The University heard the call loud and clear and decided to do a $13 million renovation of the dormitory, including a complete interior demolition of the plumbing, HVAC and electrical systems.
Built in 1955, the four-story, 109,000-sq.ft. building was initially plumbed with galvanized steel and then re-piped with copper approximately 15 years ago. Before the renovation, the dormitory used steam boilers and an air cooled chiller to generate hot and cold water.
When initial bids went out for the new renovation, the plumbing bids came in rather high, so Saladino Mechanical of Kansas City, Mo., decided to rebid the project using PEX. Carl Bachner, foreman at Saladino Mechanical, has been plumbing with PEX since 2003.
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“I was first introduced to PEX back in 2003 when I was installing the plumbing system for an assisted living complex,” said Bachner. “After that, I installed it in my own home.”
Mark Baker, sales representative of Specified Systems Inc., worked with Saladino Mechanical and sent the project through Mike Rivers, associate product manager of plumbing and former design services manager at Uponor. The bid came back on target.
When completed, the dormitory re-piping will use nearly 12,000 feet of ½-in., ¾-in., 1-in., 1¼-in., 1½-in. and 2-in. Uponor AquaPEX for the plumbing system. The piping portion of the project began in the fall of 2011 and is scheduled to be completed this winter.
The system includes piping for 42 bathrooms, a laundry facility and a large kitchen to accommodate the more than 300 students that will be residing in the renovated dormitory. Multi-port tees and elbows will be installed in the bathrooms to supply water to the lavatories and showers.
According to Rivers, the multi-ports make it faster to distribute water to fixtures in a single grouping and also provide advantages for clustered or consecutive uses of hot water, saving on energy and water usage.
“Once hot water arrives at a multi-port, it is readily available to all fixtures connected to that tee or elbow,” said Rivers. “Essentially, that multi-port’s fixture grouping is ‘charged’ with hot water.”
For the flush-valve water closets, PEX along with prefabricated stubouts are being used.
“It is distributed throughout the building and there are valves provided to shut down each restroom bank,” explained Matthew J. Pellman, P.E., senior engineer at Smith and Boucher, the project’s consulting engineer. “The Uponor piping is routed most of the way to each toilet at 1 ¼, but it transitions back to copper pipe behind the wall, before making the connection to the flush valve.”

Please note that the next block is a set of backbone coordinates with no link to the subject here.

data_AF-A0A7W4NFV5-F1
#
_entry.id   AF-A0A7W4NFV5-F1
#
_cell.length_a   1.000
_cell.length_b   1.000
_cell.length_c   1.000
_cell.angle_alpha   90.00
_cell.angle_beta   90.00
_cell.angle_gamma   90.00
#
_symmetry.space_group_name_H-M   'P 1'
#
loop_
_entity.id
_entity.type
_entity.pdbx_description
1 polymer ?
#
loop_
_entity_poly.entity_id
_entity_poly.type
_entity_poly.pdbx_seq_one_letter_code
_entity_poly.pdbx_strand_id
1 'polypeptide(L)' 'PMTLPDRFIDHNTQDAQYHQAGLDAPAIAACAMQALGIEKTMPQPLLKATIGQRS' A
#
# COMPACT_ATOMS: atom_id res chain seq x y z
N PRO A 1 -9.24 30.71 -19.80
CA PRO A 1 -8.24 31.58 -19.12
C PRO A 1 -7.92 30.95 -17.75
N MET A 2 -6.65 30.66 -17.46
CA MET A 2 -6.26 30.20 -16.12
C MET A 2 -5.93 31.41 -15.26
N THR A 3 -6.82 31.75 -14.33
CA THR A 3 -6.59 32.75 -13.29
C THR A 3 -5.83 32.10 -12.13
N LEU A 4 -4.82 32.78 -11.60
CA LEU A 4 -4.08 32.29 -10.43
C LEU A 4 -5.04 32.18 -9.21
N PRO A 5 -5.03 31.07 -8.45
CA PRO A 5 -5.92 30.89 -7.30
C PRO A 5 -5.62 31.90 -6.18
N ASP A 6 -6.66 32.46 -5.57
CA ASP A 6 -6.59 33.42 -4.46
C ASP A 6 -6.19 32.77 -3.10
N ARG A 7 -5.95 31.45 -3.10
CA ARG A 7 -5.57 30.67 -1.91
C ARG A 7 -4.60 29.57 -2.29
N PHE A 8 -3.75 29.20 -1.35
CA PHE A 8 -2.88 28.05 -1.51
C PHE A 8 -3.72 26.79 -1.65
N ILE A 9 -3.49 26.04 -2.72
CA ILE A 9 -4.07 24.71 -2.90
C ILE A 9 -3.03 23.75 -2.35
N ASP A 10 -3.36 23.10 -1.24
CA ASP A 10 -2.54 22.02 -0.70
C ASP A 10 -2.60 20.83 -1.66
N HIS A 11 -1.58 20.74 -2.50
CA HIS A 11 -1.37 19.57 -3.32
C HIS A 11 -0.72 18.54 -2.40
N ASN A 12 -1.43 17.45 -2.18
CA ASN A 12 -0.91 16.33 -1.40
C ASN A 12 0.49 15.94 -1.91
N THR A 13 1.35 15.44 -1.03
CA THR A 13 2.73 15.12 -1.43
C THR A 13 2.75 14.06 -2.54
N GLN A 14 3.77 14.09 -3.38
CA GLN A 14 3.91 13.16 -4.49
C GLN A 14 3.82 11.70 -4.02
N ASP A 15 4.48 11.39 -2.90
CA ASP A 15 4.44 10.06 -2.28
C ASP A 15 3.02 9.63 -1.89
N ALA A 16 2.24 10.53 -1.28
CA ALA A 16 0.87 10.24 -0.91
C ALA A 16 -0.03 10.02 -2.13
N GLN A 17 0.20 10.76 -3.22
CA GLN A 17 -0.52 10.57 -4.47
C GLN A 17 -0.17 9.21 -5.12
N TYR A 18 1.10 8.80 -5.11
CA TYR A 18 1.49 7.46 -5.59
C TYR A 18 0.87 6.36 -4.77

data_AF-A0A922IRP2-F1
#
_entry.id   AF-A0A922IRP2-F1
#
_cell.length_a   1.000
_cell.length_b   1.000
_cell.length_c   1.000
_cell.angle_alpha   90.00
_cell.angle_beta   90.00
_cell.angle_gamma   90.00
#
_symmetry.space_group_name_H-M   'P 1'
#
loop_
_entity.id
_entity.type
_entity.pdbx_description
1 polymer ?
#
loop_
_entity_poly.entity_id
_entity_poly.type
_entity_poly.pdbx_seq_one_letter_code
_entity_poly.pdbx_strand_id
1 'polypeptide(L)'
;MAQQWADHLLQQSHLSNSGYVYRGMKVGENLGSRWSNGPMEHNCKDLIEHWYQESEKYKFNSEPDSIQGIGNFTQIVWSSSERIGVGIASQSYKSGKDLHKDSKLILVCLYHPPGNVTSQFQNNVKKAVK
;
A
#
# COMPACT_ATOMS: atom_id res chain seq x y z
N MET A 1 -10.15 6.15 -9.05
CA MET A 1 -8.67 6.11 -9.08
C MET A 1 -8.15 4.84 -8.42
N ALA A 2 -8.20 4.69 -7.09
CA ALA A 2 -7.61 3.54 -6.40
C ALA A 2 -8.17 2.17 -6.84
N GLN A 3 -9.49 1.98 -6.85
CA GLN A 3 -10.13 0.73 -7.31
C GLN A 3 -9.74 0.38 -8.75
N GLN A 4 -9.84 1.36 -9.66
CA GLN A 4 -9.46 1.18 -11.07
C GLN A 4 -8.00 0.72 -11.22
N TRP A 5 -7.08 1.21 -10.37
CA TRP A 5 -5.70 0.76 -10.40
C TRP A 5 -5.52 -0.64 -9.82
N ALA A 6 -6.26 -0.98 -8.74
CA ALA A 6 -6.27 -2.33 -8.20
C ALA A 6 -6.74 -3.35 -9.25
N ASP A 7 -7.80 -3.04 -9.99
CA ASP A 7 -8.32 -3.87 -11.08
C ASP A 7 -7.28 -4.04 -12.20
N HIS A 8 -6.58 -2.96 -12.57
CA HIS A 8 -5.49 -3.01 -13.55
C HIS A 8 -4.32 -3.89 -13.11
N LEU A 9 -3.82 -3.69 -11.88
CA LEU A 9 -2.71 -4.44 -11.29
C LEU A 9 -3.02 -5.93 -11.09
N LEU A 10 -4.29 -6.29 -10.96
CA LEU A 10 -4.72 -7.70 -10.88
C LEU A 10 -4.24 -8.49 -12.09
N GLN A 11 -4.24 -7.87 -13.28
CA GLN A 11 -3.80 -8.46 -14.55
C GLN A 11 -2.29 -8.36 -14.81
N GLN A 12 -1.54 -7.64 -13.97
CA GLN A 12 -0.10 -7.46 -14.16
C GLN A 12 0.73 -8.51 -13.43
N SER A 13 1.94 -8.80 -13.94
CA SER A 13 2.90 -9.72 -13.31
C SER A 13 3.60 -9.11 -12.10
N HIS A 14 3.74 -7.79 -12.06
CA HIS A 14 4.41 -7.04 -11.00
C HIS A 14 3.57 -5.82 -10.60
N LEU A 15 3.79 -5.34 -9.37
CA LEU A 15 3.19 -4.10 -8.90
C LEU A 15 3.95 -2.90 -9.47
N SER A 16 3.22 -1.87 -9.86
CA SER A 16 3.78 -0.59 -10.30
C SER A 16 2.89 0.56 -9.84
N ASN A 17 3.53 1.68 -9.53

Gas fired water heaters by Aerco will also be installed, and according to Pellman, Aerco is a preference of the University’s housing maintenance department.
The piping system also includes Uponor’s ProPEX engineered polymer (EP) and lead-free brass fittings. The ProPEX connection uses an expansion tool, made by Milwaukee Electric Tool for Uponor, to expand the flexible PEX tubing to insert a fitting. Then, as the PEX shrinks back to its original size, it creates the connection around the fitting.
“The ProPEX fitting is nice because it doesn't restrict the flow like insert fittings do,” said Bachner.“It keeps the same OD like copper does.”
“The expansion tool is easy to use, it’s compact and easy to get into tight areas with,” said Dan Pederson, one of Saladino Mechanical’s plumbers, installing the piping.
Several runs of pre-insulated AquaPEX tubing are also being used on the project to insulate hot-water lines. Since pre-insulated AquaPEX uses a closed-cell PEX-foam insulation, which can’t be used in a plenum, the plumbing lines in the plenum areas had to be insulated with ½-in. fiberglass insulation.
“When installing PEX in a plenum application, you need to cover it with ½-in. fiberglass insulation if the tubing is installed within 18-in. of the next run of pipe,” Rivers said. “So, the ¾-in. pipe run above the kitchen had to have ½-in. fiberglass insulation installed since the piping was less than 18-in. apart.”
Smith and Boucher also oversaw the design of the HVAC system, which is a water source heat pump system. McElroy’s, Topeka, Kan., is installing the system, consisting of a heat pump in each dorm room; several DOAS rooftop mounted heat pumps to provide fresh air to the dorm room wings and to heat and cool the dining and main lobby areas; and 100% outside air heat pumps to serve the kitchen and server areas. Boilers will be installed on the main loop to provide heat when needed, and a cooling tower will be connected to the main loop by a plate and frame heat exchanger to cool the dormitory when needed.
Available space has been the main challenge for this project, according to Pellman.
“This building was built in 1955 and there is very little space for mechanical systems,” said Pellman. “Through heavy coordination and the strategic use of soffits we have been able to install the systems with a finished look.”